Analyst Warns of Canada’s ‘Inevitable’ Housing Bubble Burst And Risk Of Deep Recession


An analyst has issued a warning that Canada may be on the brink of a significant economic downturn due to what he calls one of “the largest housing bubbles of all time.” Phillip Colmar, a partner at Global Strategist at MRB Partners, spoke to CTV News Channel, cautioning that although a housing crash isn’t “imminent,” it is “pretty inevitable.”

The Root Cause: House Prices vs. Incomes

Colmar emphasizes that the key indicator to watch is the widening gap between house prices and average incomes. For those anticipating a “big headline about a housing bubble,” this disparity should be a focal point. According to Colmar, years of low-interest rates have “seduced a lot of home buyers,” resulting in “excessive leverage backing up the whole system.” Colmar indicates that Canadian homeowners are more leveraged than their U.S. counterparts were before the 2008 financial crisis, saying, “Canada kind of is really off the charts on that front.”

Mortgage Troubles: A Sign of Things to Come

In Canada, unlike the U.S., borrowers must renew their mortgages every five years at current interest rates. Colmar identifies this as a key reason why mortgage burdens can skyrocket. “Affordability is bad right now,” he notes, adding that “debt servicing of those mortgages is pretty excessive.” With Canadian interest rates at their highest point since 2001, following a year of increases aimed at fighting inflation, Colmar suggests that the financial stress felt by mortgage holders is “just a taste of what’s to come.”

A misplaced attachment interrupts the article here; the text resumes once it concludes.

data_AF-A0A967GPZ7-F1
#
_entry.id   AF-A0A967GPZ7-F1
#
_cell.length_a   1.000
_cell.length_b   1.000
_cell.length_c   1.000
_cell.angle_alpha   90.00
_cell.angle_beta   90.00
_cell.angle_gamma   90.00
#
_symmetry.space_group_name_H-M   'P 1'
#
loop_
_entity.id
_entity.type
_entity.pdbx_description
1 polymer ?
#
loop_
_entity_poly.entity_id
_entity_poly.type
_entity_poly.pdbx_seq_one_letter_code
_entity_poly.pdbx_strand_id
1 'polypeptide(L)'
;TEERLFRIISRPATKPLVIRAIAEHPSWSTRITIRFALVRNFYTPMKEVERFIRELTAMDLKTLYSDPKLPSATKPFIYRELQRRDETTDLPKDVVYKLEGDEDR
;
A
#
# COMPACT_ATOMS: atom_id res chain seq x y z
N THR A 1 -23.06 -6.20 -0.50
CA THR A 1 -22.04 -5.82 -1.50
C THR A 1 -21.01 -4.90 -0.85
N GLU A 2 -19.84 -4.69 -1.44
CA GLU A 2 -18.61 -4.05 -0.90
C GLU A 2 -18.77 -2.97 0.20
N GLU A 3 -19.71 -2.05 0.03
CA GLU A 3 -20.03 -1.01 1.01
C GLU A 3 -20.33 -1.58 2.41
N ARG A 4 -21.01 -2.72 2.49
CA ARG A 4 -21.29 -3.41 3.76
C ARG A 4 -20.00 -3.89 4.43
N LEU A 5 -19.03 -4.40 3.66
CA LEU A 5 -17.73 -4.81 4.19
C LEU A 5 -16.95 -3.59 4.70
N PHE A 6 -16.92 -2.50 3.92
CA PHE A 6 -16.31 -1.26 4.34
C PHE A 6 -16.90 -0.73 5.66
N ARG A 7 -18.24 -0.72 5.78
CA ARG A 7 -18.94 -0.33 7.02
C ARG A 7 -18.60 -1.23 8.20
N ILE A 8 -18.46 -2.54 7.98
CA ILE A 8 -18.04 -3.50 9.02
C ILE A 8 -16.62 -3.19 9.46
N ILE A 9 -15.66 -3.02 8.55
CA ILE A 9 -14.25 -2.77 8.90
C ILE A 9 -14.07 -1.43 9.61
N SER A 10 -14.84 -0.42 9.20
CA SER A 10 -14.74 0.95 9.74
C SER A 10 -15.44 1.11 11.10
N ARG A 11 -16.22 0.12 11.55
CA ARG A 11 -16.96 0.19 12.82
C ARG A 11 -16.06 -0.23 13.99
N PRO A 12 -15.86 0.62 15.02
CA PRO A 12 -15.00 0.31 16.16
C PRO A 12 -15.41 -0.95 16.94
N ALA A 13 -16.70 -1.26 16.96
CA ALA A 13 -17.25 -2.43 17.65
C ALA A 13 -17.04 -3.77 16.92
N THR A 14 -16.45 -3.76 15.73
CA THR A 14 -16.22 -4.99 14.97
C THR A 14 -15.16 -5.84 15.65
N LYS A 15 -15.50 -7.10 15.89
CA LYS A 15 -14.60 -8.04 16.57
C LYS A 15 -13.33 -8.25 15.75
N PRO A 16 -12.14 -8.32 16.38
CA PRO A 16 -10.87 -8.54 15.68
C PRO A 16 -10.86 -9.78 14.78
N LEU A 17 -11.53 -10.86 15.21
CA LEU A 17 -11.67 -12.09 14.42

Watching for the Bubble’s Burst

While Colmar stops short of predicting an immediate crash, he advises caution. He points to further interest rate increases and employment levels as critical factors to monitor. A combination of rising unemployment and escalating mortgage rates could plunge Canada into a financial crisis akin to the U.S.’s 2008 meltdown. In such a scenario, Colmar anticipates “a very deep deleveraging cycle, a quite pronounced recession,” adding that “the currency will take it on the chin too.”